CANBERRA, Australia (AP) – A parliamentary committee yesterday announced an inquiry into the impact of Australian law enforcement and intelligence powers on press freedom following police raids on a media organisation and a journalist’s home.
Australian media organisations have demanded reforms after police raided Australian Broad-casting Corp headquarters in Sydney and the Canberra home of a News Corp reporter in search of leaked government documents.
The Parliamentary Joint Com-mittee on Intelligence and Security announced the government had called for the inquiry based on concerns about those raids and the issue of balancing national security with the freedom of the press.
“This inquiry will allow the committee to hear from the media, government agencies and other interested stakeholders as to the direct impact of these powers on civil society and their importance to both national security and the public interest,” Committee Chairman Andrew Hastie said.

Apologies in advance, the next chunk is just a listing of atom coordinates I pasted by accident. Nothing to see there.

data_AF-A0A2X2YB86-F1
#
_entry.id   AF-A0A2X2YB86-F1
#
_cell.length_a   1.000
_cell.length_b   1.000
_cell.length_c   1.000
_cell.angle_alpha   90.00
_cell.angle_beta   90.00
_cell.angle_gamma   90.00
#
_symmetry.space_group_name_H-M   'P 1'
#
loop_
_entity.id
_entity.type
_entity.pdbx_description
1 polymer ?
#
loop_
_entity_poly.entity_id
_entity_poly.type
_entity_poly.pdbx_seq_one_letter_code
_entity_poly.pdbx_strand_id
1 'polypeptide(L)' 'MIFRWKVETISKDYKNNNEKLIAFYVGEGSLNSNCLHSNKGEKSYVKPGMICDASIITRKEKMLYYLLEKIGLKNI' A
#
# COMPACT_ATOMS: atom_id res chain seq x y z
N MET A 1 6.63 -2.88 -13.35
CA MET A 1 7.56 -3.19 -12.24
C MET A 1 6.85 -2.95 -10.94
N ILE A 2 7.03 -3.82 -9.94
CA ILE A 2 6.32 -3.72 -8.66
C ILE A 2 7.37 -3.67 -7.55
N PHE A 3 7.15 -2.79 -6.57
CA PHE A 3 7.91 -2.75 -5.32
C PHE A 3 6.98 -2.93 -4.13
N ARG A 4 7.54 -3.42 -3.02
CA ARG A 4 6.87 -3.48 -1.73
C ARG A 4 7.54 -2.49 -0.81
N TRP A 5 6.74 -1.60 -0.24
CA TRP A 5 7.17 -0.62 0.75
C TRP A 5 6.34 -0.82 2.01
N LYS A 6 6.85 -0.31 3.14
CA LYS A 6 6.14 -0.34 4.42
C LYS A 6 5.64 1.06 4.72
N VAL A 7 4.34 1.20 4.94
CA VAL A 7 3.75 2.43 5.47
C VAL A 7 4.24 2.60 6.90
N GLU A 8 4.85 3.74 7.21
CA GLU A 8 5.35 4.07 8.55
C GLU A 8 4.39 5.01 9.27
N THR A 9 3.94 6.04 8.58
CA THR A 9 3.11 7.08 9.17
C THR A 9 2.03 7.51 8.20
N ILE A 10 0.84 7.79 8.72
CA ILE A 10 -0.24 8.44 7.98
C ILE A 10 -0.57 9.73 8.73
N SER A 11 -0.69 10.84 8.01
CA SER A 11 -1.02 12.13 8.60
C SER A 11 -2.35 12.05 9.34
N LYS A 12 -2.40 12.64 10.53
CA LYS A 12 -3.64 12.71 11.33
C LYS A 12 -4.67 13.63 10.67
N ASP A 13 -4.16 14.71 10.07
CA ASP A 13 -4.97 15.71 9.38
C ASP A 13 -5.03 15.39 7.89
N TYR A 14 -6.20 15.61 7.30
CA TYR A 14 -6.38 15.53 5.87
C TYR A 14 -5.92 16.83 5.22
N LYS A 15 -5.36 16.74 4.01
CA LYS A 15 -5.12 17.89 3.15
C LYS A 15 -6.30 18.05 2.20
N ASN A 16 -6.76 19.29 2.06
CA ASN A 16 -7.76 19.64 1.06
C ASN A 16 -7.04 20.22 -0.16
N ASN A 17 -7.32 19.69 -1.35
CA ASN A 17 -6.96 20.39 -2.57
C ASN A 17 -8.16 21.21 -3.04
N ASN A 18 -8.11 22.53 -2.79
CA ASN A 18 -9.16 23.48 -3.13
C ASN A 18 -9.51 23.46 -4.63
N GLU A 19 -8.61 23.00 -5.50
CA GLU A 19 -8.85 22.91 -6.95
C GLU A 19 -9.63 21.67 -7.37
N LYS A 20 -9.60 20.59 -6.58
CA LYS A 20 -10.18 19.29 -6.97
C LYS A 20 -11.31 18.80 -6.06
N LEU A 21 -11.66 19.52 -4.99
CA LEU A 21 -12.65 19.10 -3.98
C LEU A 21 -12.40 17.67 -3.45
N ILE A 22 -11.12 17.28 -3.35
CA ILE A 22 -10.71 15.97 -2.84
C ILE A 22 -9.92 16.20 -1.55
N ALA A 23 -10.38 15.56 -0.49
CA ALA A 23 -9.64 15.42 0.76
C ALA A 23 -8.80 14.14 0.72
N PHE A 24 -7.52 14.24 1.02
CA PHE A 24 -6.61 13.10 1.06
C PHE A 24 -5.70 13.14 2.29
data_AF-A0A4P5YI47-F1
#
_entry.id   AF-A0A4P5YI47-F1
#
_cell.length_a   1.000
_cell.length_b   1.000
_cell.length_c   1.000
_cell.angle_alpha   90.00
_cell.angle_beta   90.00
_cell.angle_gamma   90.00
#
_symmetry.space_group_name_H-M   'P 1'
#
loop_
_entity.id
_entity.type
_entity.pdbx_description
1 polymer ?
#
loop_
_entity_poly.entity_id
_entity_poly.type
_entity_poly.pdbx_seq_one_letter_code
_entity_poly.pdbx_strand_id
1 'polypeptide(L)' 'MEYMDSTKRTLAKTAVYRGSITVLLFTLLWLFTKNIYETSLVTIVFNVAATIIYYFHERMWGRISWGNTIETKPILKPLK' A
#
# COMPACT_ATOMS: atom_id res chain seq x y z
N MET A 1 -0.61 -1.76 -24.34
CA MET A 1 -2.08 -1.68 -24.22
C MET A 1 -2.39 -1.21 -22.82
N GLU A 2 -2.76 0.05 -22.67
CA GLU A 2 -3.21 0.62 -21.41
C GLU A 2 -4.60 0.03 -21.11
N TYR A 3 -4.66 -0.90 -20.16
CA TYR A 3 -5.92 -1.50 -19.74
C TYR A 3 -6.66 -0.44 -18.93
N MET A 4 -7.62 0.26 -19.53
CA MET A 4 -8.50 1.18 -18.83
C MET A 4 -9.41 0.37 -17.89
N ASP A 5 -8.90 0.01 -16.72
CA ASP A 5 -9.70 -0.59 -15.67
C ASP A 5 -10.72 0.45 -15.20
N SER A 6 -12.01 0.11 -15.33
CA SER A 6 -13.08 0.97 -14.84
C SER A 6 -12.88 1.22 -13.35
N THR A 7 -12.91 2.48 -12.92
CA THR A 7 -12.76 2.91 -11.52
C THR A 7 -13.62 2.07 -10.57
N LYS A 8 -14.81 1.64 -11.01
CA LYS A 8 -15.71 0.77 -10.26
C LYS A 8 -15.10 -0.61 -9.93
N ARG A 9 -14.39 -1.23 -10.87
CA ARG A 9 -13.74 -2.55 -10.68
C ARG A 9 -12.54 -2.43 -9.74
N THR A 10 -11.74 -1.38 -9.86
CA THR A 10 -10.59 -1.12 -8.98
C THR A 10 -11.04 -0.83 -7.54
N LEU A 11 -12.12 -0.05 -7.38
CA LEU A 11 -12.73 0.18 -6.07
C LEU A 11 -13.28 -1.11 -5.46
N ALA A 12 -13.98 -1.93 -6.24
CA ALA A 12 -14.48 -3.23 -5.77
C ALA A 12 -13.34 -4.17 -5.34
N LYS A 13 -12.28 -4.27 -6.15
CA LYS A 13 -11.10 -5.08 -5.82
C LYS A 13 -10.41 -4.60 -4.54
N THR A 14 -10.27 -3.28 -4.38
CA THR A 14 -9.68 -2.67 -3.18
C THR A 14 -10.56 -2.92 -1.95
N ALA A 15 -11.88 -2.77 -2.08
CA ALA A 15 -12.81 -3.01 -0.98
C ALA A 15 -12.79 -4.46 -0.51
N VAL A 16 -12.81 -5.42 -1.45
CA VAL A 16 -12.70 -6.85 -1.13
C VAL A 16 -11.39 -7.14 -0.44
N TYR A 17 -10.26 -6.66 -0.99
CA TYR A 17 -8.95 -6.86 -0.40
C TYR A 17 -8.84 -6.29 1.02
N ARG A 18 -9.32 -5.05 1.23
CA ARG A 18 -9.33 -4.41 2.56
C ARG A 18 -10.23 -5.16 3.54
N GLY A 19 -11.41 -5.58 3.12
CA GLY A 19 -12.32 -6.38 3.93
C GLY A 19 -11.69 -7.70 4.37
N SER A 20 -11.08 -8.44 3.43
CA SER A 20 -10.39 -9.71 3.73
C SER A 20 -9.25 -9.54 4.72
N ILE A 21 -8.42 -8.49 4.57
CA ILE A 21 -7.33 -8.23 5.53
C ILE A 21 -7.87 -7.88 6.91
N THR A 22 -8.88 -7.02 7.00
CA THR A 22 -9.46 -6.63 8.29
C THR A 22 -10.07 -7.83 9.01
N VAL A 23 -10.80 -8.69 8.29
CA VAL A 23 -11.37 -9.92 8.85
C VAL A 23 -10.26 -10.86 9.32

Media organisations asked for responses to the inquiry referred to a joint statement made by ABC Managing Director David Anderson after media executives met with Attorney-General Christian Porter and Communications Minister Paul Fletcher on Tuesday to discuss reforms.
“While our strong preference was for immediate action rather than inquiries, we will engage with any processes that seek to address the issues we have raised,” Anderson said.
“We will continue to push for real outcomes that strengthen the Australian public’s fundamental right to know,” he added.
Australia’s three largest media organisations – ABC, News Corp and Nine Entertainment — joined forces last week to demand legal reforms that would exempt journalists from national security laws passed since 2012 that “would put them in jail for doing their jobs”.